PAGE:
Rick Wianecki's leaning trike
Rick Wianecki's Leaning Trike Project
These web pages chronicle the design, construction and evolution of Rick Wianecki's leaning trike. The design of this trike allows it to be ridden like a normal bicycle, and in fact, while moving, it feels and leans through corners just like a normal bicycle. A locking mechanism is used to lock the bike into an upright position when stopped. This type of vehicle would be ideal for faired commuter Velomobile. Rick's trike uses some of the concepts brought to light by Wayne Soohoo's leaning trike, though Rick has re-thought and simplified the lean and lock mechanisms.
Trike Design Trike Construction Hub Centered Wheels  
Trike Construction

2/11/02
These are the top and bottom arms. The arms connect to the main frame and rotate in nylon bushings on stainless steel on pivots. The bottom arm has threaded inserts to accept rubber bump stops that are used to limit the lean. 
These are the left and right uprights. The uprights are the main attachment point for the wheels and brakes, and steering components. The uprights are connected to the top and bottom arms with modified rod ends to allow leaning and turning. 

Note: the reinforced bent tubes for the cantilever brake mounts.

The rear suspension swing arm is fabricated from 1.5 inch oval tubing with vertical dropouts.
These are the parts that make up the leaning and rear swing arm pivots. Nylon bushings pivot on stainless steel tubes. There are bronze thrust washers placed on each end to take any longitudinal force.
The main frame being painted. Note all the attachment points for the front arms, rear swing arm and steering stem. Bottom bracket is fixed and adjustments are made with a sliding seat. The vehicle was designed to fit Rick. So the adjustments in the seat are to fine-tune the setup.
To begin assembly after painting, the bottom arm is mounted to the frame. Then the left and right uprights are attached. The top arm is added. In this picture one can better see where the handle bar stem will attach to the frame. 
Close up shot of the flip-it stem mounted (before painting). The stem is a modified Flex stem that was purchased for $5.00 closeout at Bike Nashbar. Standard headset bearings are used with a modified 1 inch threaded steerer tube.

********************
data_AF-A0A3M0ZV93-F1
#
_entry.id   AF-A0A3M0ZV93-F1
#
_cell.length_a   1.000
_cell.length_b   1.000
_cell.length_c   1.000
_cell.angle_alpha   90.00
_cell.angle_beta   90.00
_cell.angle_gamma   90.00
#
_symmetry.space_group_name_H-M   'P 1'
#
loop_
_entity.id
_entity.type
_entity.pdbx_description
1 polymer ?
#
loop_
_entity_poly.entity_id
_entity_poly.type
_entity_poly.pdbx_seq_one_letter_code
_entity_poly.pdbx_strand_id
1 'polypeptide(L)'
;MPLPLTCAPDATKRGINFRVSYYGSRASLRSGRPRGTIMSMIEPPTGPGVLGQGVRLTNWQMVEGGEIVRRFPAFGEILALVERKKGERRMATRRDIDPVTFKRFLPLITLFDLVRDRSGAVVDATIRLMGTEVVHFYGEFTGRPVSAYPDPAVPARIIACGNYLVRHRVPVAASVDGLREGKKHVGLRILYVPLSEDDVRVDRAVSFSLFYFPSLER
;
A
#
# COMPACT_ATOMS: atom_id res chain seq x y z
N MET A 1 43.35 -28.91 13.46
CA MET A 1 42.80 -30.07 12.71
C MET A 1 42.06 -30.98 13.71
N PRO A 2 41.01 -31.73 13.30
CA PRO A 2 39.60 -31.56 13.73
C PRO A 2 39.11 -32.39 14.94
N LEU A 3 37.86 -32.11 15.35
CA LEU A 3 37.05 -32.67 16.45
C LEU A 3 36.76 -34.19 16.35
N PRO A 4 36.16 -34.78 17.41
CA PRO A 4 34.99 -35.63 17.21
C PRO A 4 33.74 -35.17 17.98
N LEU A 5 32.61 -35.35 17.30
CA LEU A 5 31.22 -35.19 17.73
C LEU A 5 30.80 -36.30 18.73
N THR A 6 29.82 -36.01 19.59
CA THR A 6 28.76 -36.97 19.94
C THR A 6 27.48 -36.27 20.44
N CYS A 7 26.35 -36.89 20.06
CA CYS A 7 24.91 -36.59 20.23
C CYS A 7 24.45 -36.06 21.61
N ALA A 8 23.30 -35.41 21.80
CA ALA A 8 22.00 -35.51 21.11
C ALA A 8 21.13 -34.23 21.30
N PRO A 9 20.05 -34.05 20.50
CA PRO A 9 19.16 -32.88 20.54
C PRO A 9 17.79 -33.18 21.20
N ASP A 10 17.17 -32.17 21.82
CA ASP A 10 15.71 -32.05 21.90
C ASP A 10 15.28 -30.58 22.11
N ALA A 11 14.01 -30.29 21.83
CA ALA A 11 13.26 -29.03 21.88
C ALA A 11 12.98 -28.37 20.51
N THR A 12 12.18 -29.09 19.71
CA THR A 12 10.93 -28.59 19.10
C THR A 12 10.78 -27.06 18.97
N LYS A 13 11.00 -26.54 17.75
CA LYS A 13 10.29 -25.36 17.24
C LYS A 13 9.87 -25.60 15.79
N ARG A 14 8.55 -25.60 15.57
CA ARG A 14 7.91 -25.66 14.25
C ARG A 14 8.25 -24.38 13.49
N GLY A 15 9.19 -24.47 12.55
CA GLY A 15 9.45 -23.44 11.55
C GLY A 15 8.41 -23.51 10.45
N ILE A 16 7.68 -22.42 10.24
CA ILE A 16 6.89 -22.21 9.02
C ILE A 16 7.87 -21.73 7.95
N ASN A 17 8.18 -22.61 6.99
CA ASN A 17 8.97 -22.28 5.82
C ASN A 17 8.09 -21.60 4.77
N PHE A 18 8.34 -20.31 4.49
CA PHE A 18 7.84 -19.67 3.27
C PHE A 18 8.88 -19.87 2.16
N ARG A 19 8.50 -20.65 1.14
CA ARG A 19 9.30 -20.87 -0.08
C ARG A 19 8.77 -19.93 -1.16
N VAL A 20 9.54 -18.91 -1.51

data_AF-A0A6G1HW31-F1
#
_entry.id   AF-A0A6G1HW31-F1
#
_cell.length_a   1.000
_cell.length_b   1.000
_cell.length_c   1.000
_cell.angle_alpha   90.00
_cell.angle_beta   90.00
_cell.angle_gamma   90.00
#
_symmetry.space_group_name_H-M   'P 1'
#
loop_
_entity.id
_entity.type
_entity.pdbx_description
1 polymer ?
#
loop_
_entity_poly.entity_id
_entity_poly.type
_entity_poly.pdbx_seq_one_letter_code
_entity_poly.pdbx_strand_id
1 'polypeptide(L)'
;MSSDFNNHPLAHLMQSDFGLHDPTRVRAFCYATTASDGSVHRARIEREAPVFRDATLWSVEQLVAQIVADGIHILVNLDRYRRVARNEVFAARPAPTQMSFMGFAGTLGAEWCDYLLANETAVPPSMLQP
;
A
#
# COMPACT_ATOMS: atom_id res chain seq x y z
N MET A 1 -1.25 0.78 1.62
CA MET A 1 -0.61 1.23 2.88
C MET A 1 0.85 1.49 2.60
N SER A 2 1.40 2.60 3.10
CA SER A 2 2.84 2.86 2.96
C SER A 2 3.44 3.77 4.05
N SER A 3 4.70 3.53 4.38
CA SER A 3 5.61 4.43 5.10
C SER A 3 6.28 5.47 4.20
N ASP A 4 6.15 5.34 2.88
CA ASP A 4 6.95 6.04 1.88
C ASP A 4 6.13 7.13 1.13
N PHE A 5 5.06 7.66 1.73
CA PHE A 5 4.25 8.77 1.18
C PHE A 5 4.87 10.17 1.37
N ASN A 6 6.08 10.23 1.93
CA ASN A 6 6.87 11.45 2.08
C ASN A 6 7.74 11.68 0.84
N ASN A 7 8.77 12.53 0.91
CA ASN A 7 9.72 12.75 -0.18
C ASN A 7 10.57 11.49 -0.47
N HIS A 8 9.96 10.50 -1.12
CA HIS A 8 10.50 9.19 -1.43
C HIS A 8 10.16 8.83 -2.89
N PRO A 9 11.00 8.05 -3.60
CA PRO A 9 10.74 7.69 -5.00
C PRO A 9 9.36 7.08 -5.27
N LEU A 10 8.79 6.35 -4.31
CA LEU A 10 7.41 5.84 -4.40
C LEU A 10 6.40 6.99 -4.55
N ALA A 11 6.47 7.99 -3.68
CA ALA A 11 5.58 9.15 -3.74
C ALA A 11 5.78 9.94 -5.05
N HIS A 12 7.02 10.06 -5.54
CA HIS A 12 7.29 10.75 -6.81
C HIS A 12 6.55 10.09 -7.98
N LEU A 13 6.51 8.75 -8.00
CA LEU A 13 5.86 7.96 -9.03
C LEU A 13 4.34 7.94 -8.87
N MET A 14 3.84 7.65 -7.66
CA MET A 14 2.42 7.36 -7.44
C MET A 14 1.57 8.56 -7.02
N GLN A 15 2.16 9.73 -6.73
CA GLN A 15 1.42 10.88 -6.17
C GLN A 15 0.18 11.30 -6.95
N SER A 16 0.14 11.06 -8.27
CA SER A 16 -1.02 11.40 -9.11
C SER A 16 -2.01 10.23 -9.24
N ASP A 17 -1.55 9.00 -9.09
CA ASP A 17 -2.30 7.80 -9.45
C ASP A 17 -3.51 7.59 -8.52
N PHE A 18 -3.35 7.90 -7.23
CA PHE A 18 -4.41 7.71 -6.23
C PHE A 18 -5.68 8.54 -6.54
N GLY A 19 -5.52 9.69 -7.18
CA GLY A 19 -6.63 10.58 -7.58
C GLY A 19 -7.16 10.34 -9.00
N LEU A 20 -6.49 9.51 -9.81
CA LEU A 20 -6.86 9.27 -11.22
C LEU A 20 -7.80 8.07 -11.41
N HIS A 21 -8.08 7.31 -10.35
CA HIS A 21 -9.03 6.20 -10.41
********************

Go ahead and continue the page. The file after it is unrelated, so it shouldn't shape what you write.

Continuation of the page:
This is a homemade tube bender. I have dies for and inch tubing. Picture shows bending the inch .035 DOM steel tubing used to build the seat and the u-shaped rear seat support.
To control or stop the lean a mechanical disk brake is mounted to the main frame and connected to the left brake lever. A stainless steel bar is mounted to the lower arm and slides between the brake pads. To hold the trike upright one justs applies some pressure to the left brake liver and the disk brake grabs and holds the trike in that position. This is only used at stops and in very low speed situations to assist balancing.

You can click on this image for a larger view.

This is the front brake balancer setup on the vehicle. The right brake lever works both front brakes. So that both brakes are applied equally a balancer bar arrangement is used to equalize the cable force.

You can click on this image for a larger view.

Partially assembled and doing the final fit up of the seat.

You can click on this image for a larger view.

Side view of the trike showing the rack that has been integrated into the seat.
Rear view showing the gear step-up and rear suspension.
Front view with the trike leaned over.


Now that I have had some time to live with and ride the trike it is time for some upgrades and modifications. One of the design compromises that was made was with the steering geometry. On fixed trikes the kingpin is angled so the centerline of the pivot intersects with the contact patch of the wheel. On this trike this only works for one angle of lean. 
I have been working on building a pair of hub-centered wheels. These wheels will have a deep carbon dish attached to 305 aluminum rims. The dish will be attached to custom machined aluminum hubs that will allow for the use of front disk brakes.
8/29/09
Here's a picture of the brake handle activated tilt lock on Rick's trike, after Rick modified it to increased the lever arm. This makes the brake hold the bike upright better.
   

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